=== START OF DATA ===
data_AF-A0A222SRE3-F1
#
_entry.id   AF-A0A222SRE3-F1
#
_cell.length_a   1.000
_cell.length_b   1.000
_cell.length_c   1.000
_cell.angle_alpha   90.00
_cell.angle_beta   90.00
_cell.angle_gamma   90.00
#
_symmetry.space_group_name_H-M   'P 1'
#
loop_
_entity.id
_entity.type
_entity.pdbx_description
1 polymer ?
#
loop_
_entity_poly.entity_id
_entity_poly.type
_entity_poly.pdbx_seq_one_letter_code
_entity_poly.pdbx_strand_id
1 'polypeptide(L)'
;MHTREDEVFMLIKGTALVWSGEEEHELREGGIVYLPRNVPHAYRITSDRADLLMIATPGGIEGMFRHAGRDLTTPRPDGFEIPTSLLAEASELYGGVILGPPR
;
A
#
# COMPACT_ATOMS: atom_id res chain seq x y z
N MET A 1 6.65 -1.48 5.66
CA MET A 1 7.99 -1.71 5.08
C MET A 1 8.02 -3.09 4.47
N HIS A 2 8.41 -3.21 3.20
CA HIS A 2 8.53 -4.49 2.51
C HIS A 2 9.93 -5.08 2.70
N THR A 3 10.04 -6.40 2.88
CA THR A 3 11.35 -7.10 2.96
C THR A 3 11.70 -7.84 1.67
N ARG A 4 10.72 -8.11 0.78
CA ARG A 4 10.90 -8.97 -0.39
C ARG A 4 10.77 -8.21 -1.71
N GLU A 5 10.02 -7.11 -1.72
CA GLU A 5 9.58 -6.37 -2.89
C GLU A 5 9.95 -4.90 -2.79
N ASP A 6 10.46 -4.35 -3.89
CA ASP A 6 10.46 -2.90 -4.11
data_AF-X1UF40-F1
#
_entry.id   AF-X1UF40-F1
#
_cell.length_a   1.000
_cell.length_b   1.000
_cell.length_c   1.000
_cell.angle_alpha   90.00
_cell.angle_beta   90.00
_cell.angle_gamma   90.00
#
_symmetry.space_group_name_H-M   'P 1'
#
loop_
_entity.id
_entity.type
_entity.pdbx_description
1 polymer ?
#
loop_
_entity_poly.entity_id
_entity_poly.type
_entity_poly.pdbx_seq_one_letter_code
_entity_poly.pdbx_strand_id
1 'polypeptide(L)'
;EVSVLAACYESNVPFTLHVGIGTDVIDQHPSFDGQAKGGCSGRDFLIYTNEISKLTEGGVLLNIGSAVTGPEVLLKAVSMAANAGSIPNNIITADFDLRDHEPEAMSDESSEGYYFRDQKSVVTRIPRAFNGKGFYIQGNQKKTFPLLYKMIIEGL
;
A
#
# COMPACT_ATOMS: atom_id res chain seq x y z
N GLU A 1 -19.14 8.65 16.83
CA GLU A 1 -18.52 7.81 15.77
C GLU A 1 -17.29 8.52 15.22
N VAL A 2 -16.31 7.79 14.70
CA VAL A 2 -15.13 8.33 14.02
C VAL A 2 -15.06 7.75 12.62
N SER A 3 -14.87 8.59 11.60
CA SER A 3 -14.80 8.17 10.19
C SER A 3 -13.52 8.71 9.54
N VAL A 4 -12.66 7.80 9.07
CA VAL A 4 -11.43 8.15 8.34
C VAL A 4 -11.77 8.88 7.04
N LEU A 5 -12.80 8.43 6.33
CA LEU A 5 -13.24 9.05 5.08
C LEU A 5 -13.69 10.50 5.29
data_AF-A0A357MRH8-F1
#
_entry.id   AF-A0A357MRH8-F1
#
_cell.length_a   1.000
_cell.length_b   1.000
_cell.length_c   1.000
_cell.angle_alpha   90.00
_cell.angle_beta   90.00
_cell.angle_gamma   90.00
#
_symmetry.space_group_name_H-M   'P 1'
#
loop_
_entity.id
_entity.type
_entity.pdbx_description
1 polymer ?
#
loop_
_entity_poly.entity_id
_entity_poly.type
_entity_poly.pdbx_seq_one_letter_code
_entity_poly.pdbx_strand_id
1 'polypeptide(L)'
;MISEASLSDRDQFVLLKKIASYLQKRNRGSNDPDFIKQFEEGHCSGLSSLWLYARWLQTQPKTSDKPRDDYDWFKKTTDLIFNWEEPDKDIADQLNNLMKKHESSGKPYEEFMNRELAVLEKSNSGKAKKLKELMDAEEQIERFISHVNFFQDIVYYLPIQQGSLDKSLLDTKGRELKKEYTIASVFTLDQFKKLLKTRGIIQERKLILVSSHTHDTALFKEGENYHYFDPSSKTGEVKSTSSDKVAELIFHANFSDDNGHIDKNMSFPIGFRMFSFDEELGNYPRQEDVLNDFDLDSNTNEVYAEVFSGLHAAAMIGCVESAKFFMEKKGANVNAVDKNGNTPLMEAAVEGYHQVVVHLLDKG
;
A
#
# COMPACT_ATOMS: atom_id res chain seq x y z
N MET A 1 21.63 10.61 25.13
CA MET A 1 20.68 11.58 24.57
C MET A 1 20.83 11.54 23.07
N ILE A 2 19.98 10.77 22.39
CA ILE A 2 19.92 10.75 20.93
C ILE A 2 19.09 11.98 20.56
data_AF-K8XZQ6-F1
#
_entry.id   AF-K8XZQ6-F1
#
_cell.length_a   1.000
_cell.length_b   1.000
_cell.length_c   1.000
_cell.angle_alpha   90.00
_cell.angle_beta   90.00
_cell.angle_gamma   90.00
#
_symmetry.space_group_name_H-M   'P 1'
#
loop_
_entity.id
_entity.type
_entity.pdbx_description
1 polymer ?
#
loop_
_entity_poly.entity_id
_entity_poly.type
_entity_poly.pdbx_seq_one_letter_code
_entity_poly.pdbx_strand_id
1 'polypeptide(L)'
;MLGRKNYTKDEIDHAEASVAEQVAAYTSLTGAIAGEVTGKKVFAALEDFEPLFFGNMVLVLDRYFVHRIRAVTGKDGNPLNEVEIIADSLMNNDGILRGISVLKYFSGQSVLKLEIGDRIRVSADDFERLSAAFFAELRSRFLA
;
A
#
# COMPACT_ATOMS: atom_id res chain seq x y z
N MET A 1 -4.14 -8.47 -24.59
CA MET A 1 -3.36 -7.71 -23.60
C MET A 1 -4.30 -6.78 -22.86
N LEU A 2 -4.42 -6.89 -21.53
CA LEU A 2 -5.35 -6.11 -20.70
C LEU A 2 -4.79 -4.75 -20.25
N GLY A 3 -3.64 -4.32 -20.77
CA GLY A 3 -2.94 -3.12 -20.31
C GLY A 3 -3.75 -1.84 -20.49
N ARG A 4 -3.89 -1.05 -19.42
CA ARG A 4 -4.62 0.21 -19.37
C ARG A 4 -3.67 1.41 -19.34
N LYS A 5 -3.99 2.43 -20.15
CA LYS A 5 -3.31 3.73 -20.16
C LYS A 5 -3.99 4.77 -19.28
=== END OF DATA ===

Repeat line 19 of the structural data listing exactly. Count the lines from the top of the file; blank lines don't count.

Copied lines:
#